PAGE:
Maybe it's just me...?

        E
        - your source for electronic cigs. Use coupon code "" for 10% off every order!!!

        Comment


        • #5
          I was in the music shop today to pickup new sticks because the mesh keeps eating the wooden tips. I got the exact same sticks as you Puss (the Vic Firth, American Classic 7AN, hickory) and a pair of the 5AN as well.

          The 7AN sticks make it extremely easy to play the e-drums but as someone mentioned, practicing with heavier sticks can be beneficial, so I use the 5AN for that purpose.
          Ask not whether something is useful -- ask what it is useful for.

          Roland TD-12, Iron Cobra hihat stand and bass-drum pedal from TAMA. My accoustic kit is a Yamaha Power-V Birch with Paiste Alpha-series splashes, crashes, and hihat. My ride is a Zildjan Ping Ride, 20" I think.

          Check out my TD-12 on Youtube. My page is here http://www.youtube.com/HerlPearl.

          Comment


          • #6
            As far as whether or not the feeling lasts - I dunno for sure, 'cos I switch around according to my mood or the piece. I've got sticks for different occasions - Ahead 7A and Vic Firth Buddy Rich for my acoustics. Vic Firth Peter Erskine (small bead) and Silverfox Maple .515's for the ekit. In each case the former is a fair amount heavier, so I always start with those. I know for sure I can get tighter rolls, the smaller the bead. I think nylon tips are probably bad for mesh heads, although I have a PD-9 snare and wouldn't really know. I am pretty sure I'd clobber my V-drums with a non-wood stick, however.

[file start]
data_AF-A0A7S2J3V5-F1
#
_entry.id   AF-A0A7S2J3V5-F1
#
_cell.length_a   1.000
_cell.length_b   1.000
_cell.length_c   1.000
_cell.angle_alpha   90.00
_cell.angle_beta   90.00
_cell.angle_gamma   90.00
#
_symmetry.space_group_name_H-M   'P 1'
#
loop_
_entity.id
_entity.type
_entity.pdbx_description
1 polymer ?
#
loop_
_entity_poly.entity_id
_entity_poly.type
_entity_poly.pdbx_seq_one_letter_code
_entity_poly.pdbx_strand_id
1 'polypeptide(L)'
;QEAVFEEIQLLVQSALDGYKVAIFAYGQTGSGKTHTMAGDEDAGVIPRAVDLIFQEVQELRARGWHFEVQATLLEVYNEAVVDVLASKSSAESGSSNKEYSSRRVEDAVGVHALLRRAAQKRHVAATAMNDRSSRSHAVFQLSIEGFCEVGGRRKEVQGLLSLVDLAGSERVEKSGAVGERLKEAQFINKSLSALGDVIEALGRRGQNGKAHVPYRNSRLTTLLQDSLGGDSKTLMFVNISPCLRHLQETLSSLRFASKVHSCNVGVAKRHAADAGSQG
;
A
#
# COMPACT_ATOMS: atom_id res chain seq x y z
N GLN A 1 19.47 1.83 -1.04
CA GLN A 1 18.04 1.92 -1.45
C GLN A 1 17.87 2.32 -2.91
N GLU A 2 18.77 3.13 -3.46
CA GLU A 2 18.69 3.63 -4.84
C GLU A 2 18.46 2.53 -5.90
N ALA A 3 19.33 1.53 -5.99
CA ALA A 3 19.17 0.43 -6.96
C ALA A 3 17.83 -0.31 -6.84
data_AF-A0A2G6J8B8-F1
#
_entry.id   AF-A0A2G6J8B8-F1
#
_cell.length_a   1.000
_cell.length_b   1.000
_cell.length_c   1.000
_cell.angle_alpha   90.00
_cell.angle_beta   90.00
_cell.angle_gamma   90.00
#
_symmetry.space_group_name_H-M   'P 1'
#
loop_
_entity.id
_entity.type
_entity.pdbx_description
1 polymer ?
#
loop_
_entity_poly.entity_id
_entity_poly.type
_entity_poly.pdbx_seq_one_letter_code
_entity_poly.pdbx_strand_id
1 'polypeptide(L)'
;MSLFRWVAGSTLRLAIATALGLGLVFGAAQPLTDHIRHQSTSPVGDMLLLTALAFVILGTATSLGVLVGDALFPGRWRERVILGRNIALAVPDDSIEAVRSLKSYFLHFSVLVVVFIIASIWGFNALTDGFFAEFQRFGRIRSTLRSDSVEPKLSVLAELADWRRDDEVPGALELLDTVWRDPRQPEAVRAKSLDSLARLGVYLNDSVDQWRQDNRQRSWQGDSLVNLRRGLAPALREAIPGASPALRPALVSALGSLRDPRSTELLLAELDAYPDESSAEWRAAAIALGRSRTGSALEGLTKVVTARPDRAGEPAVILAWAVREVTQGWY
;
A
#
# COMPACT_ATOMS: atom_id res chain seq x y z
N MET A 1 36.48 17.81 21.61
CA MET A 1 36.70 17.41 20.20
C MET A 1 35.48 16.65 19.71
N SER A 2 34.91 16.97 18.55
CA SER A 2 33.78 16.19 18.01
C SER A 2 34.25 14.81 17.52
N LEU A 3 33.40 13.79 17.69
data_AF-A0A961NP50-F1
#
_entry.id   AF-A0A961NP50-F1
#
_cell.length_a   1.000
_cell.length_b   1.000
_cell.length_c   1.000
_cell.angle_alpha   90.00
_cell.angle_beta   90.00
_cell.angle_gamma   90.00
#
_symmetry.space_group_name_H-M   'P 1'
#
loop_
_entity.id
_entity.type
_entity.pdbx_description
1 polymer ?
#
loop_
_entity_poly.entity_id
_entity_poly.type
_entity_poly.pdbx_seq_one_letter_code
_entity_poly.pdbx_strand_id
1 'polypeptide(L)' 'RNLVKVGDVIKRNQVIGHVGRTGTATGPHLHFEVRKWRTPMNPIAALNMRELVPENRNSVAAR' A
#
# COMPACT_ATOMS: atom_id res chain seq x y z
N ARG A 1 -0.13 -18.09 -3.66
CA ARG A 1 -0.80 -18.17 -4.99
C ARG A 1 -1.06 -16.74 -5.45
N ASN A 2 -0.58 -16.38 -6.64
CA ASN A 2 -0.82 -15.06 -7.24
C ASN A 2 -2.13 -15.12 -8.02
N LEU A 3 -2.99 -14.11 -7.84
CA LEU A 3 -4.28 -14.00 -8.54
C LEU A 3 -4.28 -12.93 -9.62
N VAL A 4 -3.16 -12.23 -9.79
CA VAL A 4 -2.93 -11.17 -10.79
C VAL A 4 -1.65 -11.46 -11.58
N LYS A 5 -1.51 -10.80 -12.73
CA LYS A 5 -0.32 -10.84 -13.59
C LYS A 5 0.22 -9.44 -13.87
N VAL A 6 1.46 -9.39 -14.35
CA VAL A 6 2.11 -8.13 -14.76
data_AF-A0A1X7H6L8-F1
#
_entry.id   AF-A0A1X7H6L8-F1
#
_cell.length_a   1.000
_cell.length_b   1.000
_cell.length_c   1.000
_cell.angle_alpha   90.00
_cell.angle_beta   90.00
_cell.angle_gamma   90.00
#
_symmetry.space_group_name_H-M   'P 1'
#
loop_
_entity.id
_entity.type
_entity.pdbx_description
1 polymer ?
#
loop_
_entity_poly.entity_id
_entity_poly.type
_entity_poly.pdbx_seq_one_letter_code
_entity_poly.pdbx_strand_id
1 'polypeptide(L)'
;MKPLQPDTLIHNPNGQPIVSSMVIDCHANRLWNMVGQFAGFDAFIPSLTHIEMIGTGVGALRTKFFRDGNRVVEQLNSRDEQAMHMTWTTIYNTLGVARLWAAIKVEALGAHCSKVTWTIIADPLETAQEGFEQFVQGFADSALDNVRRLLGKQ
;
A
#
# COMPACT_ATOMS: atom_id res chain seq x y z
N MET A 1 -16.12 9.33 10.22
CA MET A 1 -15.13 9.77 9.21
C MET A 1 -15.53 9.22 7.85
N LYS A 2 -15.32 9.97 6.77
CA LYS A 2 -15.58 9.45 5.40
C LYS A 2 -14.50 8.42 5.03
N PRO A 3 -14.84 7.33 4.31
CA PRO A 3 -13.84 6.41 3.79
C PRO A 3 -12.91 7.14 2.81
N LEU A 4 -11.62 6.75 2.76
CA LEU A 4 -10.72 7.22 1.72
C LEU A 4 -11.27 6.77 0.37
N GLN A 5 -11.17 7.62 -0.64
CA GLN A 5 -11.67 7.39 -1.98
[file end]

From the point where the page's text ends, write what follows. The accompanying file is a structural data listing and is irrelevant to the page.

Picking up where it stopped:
Cheers.

            Steve
            No more V-drums; all acoustics now.

            Comment


            • #7
              Years ago in marching band (don't even think about the old jokes) we had a new young teacher who wanted us to use, I forget the exact size, but something like a 2B. We called them 'lincoln logs' because they were about the literal size of a lincoln log. For you youngsters that don't know what that is, peel yourself away from the video games for a few minutes and look on the web.

              Anyway, the director's idea was that we would hit with a lighter touch using the heavier stick. Don't know that it really worked, but it was a kick going back and forth between the lincoln logs and the 5B's at home. I think you'd have to play a long time for the difference to mean anything permanent, but for the short term it sure felt speedy going to the lighter sticks.

              Shalom